U.S. ratchets up pressure on Pyongyang with military drill card
Washington has no plans to suspend any more joint military exercises with Seoul, U.S. Defense Secretary James Mattis said Tuesday, after negotiations with Pyongyang to dismantle its nuclear and ballistic missile programs hit an impasse.
“As you know, we took the step to suspend several of the largest exercises as a good-faith measure coming out of the Singapore summit,” said Mattis at his first press conference in five months on Tuesday at the Pentagon, alongside U.S. Joint Chiefs of Staff Gen. Joseph Dunford. “We have no plans at this time to suspend any more exercises.”
The defense chief’s remarks suggest the United States will resume large-scale joint military exercises with South Korea, which were shelved to help nuclear negotiations with the North make progress. It could also be a strategy to ratchet up pressure on the North following U.S. President Donald Trump’s abrupt cancellation last week of Secretary of State Mike Pompeo’s fourth trip to Pyongyang.
Mattis added he will “work very closely” with Pompeo on the issue but added that “at this time, there is no discussion about further suspensions.”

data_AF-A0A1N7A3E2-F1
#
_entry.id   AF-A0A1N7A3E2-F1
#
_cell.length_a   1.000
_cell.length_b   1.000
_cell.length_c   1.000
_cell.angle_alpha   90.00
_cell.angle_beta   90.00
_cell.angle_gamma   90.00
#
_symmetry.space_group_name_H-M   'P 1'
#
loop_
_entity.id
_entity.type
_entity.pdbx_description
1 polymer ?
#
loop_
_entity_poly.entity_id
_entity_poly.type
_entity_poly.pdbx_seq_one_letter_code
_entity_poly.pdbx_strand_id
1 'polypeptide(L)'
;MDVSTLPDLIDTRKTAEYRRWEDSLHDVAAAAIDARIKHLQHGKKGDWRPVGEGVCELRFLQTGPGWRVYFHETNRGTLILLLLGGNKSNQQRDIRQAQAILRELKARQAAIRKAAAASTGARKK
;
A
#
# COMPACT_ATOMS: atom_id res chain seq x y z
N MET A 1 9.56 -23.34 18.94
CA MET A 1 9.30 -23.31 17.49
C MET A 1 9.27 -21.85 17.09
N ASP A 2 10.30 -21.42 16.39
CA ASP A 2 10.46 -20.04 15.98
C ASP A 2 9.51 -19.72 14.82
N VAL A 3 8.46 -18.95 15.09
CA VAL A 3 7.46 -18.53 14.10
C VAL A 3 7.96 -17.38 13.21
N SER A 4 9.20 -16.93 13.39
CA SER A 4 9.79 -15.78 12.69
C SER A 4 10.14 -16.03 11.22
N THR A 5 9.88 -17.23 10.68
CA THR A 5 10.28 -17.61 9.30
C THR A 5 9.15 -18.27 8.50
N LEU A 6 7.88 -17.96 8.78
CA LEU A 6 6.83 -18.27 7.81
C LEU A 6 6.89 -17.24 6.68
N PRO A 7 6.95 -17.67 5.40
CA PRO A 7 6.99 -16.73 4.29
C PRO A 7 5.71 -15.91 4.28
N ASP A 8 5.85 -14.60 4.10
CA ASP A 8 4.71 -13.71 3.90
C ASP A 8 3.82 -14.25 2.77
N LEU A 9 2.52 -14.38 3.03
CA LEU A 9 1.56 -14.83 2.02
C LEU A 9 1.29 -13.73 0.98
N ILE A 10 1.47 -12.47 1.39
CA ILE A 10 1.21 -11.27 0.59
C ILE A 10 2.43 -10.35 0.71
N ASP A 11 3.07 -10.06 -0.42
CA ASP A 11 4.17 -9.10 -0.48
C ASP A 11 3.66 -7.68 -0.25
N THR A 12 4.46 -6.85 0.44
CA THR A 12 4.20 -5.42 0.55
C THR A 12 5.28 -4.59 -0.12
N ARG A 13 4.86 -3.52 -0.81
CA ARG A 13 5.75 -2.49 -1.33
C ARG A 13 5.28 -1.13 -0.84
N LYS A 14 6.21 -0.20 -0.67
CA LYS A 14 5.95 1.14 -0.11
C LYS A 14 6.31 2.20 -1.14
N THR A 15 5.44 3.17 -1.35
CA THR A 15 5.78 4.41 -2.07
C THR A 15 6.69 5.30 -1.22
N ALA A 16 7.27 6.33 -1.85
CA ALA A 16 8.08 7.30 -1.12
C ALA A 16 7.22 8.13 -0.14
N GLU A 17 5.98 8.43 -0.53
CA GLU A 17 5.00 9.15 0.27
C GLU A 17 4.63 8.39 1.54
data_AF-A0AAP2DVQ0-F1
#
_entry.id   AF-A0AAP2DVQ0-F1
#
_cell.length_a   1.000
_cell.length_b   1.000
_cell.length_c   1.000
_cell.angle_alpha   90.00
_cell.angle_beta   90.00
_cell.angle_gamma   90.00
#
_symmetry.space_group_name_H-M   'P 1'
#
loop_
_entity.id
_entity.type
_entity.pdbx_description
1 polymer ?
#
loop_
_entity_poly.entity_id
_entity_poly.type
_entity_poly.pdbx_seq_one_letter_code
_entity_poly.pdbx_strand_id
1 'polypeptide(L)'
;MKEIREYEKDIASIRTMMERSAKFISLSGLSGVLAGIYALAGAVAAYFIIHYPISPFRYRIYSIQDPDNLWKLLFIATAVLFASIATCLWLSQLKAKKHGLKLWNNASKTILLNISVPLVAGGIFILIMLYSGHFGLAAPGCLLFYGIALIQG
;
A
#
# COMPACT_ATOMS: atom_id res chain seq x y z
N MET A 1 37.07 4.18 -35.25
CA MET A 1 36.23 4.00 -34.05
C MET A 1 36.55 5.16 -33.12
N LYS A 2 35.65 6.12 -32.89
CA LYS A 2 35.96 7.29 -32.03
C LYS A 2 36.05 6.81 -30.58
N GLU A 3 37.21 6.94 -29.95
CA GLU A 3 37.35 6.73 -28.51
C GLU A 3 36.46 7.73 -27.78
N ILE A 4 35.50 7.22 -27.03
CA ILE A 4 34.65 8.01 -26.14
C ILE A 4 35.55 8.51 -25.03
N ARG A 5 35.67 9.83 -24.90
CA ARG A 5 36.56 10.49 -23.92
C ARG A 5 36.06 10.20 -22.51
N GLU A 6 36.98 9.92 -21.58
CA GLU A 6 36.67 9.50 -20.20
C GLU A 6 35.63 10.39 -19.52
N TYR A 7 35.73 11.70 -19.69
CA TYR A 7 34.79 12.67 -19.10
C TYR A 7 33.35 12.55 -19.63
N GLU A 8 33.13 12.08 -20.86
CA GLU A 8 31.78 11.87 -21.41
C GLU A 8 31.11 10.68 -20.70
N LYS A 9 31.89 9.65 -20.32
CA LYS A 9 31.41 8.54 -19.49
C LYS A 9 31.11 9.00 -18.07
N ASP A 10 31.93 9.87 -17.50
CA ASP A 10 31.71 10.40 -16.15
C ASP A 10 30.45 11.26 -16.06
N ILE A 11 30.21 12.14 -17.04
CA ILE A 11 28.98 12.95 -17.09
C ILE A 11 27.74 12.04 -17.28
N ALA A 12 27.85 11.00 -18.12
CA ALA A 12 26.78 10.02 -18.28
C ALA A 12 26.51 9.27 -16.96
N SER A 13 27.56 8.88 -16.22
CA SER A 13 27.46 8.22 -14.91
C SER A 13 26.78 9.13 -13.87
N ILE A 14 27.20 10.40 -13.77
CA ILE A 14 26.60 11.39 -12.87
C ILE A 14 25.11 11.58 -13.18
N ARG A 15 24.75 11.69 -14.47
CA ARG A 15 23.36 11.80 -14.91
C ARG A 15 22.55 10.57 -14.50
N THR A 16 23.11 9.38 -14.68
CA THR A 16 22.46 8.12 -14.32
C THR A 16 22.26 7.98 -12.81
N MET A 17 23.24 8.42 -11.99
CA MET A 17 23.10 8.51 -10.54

North Korea has long denounced joint military drills between Seoul and Washington as rehearsals for invasion, though the allies have refuted such accusations and stressed the exercises’ defensive nature.
In early January, South Korean President Moon Jae-in and U.S. President Donald Trump agreed to delay their regular joint military exercises during the PyeongChang Winter Olympics in February, leading to a period of détente after high military tensions. The Foal Eagle and Key Resolve joint exercises were postponed till after the Olympic and Paralympic Games, and resumed in early April but did not involve U.S. strategic assets. During this period, the North also refrained from nuclear and missile provocations.
After his summit with North Korean leader Kim Jong-un on June 12 in Singapore. Trump abruptly declared in a press conference that he would stop the “war games” held between the United States and South Korea, calling them expensive and provocative. This was something that was not outlined in the text of the June 12 North-U.S. joint agreement, and the Pentagon in days afterward scrambled to define the scope of the suspension declared by Trump. In interviews afterward, Trump said the joint exercises would not be held as long North Korea was “negotiating in good faith” with the United States.
On June 19, South Korea and the United States agreed to suspend a major joint military exercise, the Freedom Guardian, scheduled for August, and later Seoul canceled its Ulchi exercise, which runs in tandem with Freedom Guardian.
Later that month they also decided to delay two Korean Marine Exchange Program (KMEP) training exercises scheduled to take place over the next three months.
Mattis’s remarks indicate that joint exercises normally done in the winter and early in the calendar year may go on as usual.